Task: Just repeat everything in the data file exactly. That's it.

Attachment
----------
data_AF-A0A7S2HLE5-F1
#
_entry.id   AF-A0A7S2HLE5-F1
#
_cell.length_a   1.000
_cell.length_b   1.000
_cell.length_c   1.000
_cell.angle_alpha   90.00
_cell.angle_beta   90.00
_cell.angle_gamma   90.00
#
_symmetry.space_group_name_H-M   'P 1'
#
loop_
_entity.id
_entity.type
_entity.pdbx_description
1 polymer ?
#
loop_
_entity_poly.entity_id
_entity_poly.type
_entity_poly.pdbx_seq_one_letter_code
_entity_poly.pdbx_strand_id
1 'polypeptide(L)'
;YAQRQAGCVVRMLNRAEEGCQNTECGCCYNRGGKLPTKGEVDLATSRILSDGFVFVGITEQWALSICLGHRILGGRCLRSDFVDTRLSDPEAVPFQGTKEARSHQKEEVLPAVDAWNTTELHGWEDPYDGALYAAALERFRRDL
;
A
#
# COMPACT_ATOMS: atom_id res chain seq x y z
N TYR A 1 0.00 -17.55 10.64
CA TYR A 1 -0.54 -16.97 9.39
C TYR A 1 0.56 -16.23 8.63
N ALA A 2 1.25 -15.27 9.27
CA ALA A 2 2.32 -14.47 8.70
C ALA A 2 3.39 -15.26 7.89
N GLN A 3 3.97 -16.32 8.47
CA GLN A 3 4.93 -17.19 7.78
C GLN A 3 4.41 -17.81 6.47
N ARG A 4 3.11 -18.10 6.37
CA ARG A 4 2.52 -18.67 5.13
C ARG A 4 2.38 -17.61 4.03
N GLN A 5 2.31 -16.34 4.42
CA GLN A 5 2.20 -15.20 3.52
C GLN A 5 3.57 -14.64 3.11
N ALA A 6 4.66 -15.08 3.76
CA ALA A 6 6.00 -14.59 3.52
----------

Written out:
data_AF-A0A7S2HLE5-F1
#
_entry.id   AF-A0A7S2HLE5-F1
#
_cell.length_a   1.000
_cell.length_b   1.000
_cell.length_c   1.000
_cell.angle_alpha   90.00
_cell.angle_beta   90.00
_cell.angle_gamma   90.00
#
_symmetry.space_group_name_H-M   'P 1'
#
loop_
_entity.id
_entity.type
_entity.pdbx_description
1 polymer ?
#
loop_
_entity_poly.entity_id
_entity_poly.type
_entity_poly.pdbx_seq_one_letter_code
_entity_poly.pdbx_strand_id
1 'polypeptide(L)'
;YAQRQAGCVVRMLNRAEEGCQNTECGCCYNRGGKLPTKGEVDLATSRILSDGFVFVGITEQWALSICLGHRILGGRCLRSDFVDTRLSDPEAVPFQGTKEARSHQKEEVLPAVDAWNTTELHGWEDPYDGALYAAALERFRRDL
;
A
#
# COMPACT_ATOMS: atom_id res chain seq x y z
N TYR A 1 0.00 -17.55 10.64
CA TYR A 1 -0.54 -16.97 9.39
C TYR A 1 0.56 -16.23 8.63
N ALA A 2 1.25 -15.27 9.27
CA ALA A 2 2.32 -14.47 8.70
C ALA A 2 3.39 -15.26 7.89
N GLN A 3 3.97 -16.32 8.47
CA GLN A 3 4.93 -17.19 7.78
C GLN A 3 4.41 -17.81 6.47
N ARG A 4 3.11 -18.10 6.37
CA ARG A 4 2.52 -18.67 5.13
C ARG A 4 2.38 -17.61 4.03
N GLN A 5 2.31 -16.34 4.42
CA GLN A 5 2.20 -15.20 3.52
C GLN A 5 3.57 -14.64 3.11
N ALA A 6 4.66 -15.08 3.76
CA ALA A 6 6.00 -14.59 3.52